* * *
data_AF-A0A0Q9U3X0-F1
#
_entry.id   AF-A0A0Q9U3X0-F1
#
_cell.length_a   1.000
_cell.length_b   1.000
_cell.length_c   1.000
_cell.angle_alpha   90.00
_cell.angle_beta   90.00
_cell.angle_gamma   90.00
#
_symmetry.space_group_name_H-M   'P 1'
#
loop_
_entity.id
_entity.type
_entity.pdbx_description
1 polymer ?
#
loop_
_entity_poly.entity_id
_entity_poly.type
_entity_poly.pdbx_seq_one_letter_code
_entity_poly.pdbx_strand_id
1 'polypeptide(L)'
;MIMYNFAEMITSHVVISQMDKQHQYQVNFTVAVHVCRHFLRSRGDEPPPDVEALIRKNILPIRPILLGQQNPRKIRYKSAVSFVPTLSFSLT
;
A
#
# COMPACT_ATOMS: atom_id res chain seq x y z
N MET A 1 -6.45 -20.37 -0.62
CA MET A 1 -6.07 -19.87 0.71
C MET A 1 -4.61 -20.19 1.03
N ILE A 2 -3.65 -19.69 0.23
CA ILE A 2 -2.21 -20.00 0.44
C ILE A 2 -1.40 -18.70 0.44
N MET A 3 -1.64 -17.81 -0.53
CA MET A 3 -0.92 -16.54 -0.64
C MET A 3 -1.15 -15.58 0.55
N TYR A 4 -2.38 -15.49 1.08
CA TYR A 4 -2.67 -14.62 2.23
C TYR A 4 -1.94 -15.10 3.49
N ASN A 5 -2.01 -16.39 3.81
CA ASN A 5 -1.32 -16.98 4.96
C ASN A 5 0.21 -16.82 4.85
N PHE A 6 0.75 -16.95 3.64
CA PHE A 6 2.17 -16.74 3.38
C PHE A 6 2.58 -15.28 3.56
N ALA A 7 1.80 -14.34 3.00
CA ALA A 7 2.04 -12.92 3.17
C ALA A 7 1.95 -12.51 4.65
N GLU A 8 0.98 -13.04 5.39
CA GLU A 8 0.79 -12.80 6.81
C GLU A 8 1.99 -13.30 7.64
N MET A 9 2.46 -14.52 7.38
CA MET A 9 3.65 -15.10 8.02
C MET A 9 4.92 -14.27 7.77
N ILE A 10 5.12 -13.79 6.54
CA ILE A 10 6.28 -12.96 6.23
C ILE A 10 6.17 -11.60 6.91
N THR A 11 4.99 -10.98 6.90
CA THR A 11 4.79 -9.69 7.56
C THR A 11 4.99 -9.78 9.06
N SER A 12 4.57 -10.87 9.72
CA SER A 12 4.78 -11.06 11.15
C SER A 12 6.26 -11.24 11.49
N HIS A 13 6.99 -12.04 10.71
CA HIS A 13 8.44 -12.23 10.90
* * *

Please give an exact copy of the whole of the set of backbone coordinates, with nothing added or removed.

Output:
data_AF-A0A0Q9U3X0-F1
#
_entry.id   AF-A0A0Q9U3X0-F1
#
_cell.length_a   1.000
_cell.length_b   1.000
_cell.length_c   1.000
_cell.angle_alpha   90.00
_cell.angle_beta   90.00
_cell.angle_gamma   90.00
#
_symmetry.space_group_name_H-M   'P 1'
#
loop_
_entity.id
_entity.type
_entity.pdbx_description
1 polymer ?
#
loop_
_entity_poly.entity_id
_entity_poly.type
_entity_poly.pdbx_seq_one_letter_code
_entity_poly.pdbx_strand_id
1 'polypeptide(L)'
;MIMYNFAEMITSHVVISQMDKQHQYQVNFTVAVHVCRHFLRSRGDEPPPDVEALIRKNILPIRPILLGQQNPRKIRYKSAVSFVPTLSFSLT
;
A
#
# COMPACT_ATOMS: atom_id res chain seq x y z
N MET A 1 -6.45 -20.37 -0.62
CA MET A 1 -6.07 -19.87 0.71
C MET A 1 -4.61 -20.19 1.03
N ILE A 2 -3.65 -19.69 0.23
CA ILE A 2 -2.21 -20.00 0.44
C ILE A 2 -1.40 -18.70 0.44
N MET A 3 -1.64 -17.81 -0.53
CA MET A 3 -0.92 -16.54 -0.64
C MET A 3 -1.15 -15.58 0.55
N TYR A 4 -2.38 -15.49 1.08
CA TYR A 4 -2.67 -14.62 2.23
C TYR A 4 -1.94 -15.10 3.49
N ASN A 5 -2.01 -16.39 3.81
CA ASN A 5 -1.32 -16.98 4.96
C ASN A 5 0.21 -16.82 4.85
N PHE A 6 0.75 -16.95 3.64
CA PHE A 6 2.17 -16.74 3.38
C PHE A 6 2.58 -15.28 3.56
N ALA A 7 1.80 -14.34 3.00
CA ALA A 7 2.04 -12.92 3.17
C ALA A 7 1.95 -12.51 4.65
N GLU A 8 0.98 -13.04 5.39
CA GLU A 8 0.79 -12.80 6.81
C GLU A 8 1.99 -13.30 7.64
N MET A 9 2.46 -14.52 7.38
CA MET A 9 3.65 -15.10 8.02
C MET A 9 4.92 -14.27 7.77
N ILE A 10 5.12 -13.79 6.54
CA ILE A 10 6.28 -12.96 6.23
C ILE A 10 6.17 -11.60 6.91
N THR A 11 4.99 -10.98 6.90
CA THR A 11 4.79 -9.69 7.56
C THR A 11 4.99 -9.78 9.06
N SER A 12 4.57 -10.87 9.72
CA SER A 12 4.78 -11.06 11.15
C SER A 12 6.26 -11.24 11.49
N HIS A 13 6.99 -12.04 10.71
CA HIS A 13 8.44 -12.23 10.90